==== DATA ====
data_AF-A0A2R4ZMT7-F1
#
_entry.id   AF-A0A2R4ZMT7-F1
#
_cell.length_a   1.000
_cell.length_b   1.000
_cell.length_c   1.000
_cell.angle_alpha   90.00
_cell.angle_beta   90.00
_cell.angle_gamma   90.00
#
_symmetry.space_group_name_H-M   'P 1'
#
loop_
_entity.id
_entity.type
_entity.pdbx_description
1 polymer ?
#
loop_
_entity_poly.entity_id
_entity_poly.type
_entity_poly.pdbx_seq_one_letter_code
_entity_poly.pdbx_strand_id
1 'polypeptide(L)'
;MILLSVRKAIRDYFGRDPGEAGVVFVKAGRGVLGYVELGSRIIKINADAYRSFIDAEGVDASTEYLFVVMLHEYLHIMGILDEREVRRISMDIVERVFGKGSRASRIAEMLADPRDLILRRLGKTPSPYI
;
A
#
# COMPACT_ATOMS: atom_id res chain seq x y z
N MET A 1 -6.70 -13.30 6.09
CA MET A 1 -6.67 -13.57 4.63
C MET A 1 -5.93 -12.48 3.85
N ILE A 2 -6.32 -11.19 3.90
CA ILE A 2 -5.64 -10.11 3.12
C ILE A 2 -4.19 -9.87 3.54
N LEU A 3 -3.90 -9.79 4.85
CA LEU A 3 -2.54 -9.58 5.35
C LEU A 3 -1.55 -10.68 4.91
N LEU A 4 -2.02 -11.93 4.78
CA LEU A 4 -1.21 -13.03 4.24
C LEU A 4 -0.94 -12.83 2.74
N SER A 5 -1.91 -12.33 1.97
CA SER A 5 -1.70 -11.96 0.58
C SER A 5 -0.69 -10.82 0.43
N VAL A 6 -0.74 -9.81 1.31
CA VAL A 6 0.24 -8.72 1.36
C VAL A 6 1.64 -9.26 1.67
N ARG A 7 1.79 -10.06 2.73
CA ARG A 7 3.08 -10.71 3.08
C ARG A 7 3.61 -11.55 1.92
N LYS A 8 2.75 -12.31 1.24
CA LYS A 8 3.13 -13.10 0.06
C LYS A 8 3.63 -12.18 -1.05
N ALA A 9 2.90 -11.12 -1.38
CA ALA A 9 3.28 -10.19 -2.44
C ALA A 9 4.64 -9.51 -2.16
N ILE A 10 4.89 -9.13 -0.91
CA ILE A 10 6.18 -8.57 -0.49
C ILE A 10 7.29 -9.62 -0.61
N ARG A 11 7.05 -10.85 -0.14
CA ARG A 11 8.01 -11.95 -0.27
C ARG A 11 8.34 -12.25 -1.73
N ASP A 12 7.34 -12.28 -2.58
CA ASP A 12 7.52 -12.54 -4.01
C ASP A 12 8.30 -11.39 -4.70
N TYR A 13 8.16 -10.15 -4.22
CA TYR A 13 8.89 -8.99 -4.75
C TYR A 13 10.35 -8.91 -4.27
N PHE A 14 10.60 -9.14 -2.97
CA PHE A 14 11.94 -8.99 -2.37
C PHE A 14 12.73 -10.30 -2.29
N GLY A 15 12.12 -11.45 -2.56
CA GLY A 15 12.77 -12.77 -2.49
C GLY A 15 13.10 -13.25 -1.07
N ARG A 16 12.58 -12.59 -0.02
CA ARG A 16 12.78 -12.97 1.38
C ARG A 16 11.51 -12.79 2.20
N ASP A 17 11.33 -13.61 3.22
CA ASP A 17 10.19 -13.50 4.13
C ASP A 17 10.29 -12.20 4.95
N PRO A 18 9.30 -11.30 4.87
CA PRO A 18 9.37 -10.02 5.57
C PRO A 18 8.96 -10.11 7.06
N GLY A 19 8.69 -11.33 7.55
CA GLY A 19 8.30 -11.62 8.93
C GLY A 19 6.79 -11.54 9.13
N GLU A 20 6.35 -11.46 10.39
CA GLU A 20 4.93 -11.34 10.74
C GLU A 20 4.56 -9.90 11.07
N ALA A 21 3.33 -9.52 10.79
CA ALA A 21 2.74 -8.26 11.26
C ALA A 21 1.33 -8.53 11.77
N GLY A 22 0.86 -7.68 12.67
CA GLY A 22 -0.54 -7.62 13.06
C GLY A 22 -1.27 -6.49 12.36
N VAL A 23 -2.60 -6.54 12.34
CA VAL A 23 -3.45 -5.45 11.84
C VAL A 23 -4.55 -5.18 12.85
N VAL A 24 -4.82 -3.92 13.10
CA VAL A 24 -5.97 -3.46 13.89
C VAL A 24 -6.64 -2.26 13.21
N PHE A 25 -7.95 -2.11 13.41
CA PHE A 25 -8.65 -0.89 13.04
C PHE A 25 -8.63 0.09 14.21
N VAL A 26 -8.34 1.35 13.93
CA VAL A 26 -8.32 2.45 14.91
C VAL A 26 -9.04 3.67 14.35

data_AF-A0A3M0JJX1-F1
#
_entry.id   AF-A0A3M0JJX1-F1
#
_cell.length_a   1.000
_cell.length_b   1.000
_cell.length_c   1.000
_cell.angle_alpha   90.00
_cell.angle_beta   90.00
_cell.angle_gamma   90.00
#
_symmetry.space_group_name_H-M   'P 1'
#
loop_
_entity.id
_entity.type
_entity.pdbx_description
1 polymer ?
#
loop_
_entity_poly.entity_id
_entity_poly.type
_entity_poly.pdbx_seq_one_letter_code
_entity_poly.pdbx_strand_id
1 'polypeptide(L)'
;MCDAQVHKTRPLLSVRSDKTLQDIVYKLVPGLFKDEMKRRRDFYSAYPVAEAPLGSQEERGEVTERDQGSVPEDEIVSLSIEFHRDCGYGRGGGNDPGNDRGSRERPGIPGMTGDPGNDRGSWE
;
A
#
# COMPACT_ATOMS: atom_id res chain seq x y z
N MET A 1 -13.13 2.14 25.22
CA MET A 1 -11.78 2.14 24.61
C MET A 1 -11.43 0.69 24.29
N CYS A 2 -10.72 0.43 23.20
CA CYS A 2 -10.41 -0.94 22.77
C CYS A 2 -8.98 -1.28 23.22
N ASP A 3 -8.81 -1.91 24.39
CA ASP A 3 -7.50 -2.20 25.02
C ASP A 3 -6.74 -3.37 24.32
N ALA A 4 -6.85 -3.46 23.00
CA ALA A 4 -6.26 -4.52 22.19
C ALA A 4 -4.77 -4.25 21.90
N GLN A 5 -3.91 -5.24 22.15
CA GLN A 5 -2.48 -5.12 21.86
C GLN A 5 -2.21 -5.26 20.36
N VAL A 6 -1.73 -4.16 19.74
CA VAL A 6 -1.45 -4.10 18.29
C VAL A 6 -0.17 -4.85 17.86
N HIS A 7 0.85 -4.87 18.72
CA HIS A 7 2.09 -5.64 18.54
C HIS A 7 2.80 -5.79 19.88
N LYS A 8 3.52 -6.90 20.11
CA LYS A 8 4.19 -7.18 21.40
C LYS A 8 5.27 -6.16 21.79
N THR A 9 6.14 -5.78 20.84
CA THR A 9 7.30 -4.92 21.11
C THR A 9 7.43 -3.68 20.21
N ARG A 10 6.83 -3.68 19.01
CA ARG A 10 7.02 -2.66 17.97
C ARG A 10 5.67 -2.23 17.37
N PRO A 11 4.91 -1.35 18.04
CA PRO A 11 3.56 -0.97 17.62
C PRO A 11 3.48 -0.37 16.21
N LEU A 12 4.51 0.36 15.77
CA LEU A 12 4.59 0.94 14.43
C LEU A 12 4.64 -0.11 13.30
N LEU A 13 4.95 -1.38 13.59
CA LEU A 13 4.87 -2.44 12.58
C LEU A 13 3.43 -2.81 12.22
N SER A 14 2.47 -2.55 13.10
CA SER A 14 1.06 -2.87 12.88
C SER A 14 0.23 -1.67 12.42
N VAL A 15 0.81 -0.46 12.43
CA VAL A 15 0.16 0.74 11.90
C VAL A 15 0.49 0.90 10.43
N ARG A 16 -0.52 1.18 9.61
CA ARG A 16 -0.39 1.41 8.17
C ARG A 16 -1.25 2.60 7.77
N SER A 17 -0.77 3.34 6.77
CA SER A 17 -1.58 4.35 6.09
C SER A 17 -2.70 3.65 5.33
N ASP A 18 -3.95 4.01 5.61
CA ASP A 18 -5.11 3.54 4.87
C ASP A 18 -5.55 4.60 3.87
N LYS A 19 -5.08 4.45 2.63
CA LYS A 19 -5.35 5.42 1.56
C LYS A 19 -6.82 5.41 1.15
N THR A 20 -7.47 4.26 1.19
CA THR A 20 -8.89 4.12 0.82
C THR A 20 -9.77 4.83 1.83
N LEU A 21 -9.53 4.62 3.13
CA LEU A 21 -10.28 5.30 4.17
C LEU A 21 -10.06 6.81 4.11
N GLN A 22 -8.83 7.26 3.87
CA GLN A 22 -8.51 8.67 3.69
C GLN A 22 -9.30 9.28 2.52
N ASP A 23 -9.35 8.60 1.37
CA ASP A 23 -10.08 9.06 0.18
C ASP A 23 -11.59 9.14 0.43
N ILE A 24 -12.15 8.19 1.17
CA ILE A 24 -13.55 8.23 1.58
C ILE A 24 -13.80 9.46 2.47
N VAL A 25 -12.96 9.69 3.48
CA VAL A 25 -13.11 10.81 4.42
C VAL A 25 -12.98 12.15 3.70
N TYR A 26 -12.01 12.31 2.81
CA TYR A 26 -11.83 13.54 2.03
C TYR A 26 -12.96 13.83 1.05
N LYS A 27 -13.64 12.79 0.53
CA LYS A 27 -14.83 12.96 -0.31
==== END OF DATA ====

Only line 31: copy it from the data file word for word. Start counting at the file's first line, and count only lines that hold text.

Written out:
N MET A 1 -6.70 -13.30 6.09